Sunday, November 11, 2018

A quiet and compelling voice

Dallas Taylor recently did a Twenty Thousand Hertz podcast about sonic branding. I was taken by the voice of Walter Werzowa, founder of Musikvergnuegen and the creative behind the Intel Inside sound, among many others.

Wersowa speaks quietly and thoughtfully. His voice has a rough, slightly thin timbre. His passion and creativity are evident, but understated. For me, his Austrian accent evokes a cerebral exoticism. He knows what he’s talking about, but he doesn’t stress his expertise, in either sense of “stress”: he doesn’t get worked up about it, nor does he highlight it. Wersowa tells his stories with a hesitation that conveys humility. His words echo what his voice conveys; for example, by saying “Some composers on my team don't like when I say this, but I don't think writing a mnemonic is composing,” he both asserts his belief and recognizes that it isn’t the only way of seeing things. (He’s also implicitly asserting his dominance.)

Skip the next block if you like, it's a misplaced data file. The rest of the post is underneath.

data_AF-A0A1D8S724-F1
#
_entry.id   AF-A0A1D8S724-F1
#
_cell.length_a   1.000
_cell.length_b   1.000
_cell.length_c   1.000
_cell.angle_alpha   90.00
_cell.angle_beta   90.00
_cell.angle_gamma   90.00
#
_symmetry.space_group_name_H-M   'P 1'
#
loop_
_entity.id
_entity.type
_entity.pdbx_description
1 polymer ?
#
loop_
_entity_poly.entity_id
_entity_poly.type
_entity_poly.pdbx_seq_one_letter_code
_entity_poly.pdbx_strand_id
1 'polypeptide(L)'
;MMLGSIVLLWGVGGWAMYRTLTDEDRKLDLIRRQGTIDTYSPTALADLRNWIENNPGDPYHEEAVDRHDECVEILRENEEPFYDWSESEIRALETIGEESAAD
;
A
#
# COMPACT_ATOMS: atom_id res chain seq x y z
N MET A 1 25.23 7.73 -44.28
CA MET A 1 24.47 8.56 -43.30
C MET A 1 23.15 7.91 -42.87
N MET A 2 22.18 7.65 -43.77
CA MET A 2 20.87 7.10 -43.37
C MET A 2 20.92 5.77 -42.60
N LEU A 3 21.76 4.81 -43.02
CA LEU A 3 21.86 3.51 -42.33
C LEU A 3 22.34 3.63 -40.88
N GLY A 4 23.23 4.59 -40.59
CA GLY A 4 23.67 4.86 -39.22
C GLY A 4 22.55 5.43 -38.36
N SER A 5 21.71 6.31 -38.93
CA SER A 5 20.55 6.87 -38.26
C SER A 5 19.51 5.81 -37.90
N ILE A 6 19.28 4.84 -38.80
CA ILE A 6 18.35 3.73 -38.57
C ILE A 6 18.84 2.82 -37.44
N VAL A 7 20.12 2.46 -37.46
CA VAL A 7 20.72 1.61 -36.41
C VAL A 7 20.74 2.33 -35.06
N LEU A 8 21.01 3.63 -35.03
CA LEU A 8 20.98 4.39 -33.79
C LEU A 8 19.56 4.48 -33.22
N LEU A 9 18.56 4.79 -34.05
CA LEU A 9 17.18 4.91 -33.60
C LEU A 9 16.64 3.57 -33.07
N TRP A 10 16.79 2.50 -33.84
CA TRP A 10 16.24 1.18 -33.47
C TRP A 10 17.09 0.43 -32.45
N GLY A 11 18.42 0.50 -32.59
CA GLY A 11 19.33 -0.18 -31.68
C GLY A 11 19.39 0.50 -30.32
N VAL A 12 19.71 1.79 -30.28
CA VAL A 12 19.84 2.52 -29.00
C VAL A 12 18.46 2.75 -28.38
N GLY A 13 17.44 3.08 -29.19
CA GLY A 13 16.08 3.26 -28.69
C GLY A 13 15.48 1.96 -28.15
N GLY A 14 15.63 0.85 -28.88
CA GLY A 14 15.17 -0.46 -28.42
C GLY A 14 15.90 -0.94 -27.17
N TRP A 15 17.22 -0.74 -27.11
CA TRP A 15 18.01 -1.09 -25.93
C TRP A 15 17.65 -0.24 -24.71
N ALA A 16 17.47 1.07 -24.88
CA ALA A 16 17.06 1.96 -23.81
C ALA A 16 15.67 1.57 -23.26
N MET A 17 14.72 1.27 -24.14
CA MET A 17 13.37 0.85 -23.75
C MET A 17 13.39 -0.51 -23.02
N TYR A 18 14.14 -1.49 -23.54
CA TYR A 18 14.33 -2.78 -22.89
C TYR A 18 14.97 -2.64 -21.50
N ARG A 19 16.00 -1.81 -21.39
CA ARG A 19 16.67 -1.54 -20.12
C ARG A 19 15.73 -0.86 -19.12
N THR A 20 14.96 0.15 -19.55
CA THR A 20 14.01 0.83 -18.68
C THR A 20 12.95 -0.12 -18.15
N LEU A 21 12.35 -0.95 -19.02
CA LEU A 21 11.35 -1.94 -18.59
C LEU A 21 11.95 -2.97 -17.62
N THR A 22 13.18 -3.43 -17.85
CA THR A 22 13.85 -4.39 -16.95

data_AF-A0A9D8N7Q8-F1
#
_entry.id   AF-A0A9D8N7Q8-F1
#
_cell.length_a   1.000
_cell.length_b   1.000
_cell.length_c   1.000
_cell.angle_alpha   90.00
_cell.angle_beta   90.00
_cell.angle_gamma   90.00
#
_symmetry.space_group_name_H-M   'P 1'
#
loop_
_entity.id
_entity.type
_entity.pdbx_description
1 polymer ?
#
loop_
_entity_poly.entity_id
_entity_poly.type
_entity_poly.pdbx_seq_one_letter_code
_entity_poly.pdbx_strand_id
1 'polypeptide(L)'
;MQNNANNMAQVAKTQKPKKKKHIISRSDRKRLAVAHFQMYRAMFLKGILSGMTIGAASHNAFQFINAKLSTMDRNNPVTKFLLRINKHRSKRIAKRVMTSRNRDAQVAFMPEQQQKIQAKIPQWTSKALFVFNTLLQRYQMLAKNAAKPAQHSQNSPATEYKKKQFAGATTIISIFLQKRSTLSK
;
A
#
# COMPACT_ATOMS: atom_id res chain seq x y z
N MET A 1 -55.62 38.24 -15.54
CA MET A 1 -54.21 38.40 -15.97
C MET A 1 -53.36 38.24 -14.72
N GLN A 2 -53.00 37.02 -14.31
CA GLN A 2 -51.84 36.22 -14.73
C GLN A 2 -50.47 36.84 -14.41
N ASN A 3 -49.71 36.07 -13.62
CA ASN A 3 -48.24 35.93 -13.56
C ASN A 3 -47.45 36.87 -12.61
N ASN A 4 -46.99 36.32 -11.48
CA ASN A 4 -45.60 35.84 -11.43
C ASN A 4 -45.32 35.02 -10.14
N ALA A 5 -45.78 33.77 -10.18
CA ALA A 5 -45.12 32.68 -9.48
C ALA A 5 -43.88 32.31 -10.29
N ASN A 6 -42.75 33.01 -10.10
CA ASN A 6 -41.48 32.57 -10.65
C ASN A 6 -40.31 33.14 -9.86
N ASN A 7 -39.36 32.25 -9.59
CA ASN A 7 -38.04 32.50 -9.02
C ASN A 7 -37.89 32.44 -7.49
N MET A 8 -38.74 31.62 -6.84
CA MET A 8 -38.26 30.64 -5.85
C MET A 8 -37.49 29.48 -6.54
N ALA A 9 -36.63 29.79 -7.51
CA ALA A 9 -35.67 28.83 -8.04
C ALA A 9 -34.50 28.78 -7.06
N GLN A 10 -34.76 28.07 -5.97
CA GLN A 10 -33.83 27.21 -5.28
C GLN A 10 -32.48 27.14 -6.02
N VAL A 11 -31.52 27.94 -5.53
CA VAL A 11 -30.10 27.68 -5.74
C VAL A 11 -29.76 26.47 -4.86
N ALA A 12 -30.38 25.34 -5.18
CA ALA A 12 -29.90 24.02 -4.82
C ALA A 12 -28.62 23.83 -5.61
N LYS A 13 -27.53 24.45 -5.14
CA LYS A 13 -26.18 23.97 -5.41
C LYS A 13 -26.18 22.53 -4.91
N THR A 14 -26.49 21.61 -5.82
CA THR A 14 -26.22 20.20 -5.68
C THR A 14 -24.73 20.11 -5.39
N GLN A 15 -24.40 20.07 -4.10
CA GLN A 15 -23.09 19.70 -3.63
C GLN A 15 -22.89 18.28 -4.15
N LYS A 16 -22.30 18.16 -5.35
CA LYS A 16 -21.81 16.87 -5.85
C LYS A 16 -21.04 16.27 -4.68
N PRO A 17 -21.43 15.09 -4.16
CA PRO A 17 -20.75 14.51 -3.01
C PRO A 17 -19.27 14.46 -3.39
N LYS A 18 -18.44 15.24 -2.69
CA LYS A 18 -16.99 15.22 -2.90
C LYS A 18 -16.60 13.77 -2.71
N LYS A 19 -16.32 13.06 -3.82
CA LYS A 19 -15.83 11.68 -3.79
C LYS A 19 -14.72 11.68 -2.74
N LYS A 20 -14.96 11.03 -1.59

Curiously, the only other Austrian I know, an academic at MSU, has a similarly quiet yet confident voice. Two datapoints don’t make a theory (though as a lapsed theoretical physicist, I’d contend that’s just a suggestion, not a rule ;-) but it makes me wonder whether there’s a self-effacing cadence that Austrian kids absorb as they grow up.

I was reminded of Wersowa when listening to Maxim Rysanov (viola) and Janine Jansen (violin) play JS Bach's  Two-Part Inventions, BWV 772-786, on a 2007 Decca recording. Listen, for example, to the Two-Part Invention no 15 in B minor (track 15 on the CD, sample on

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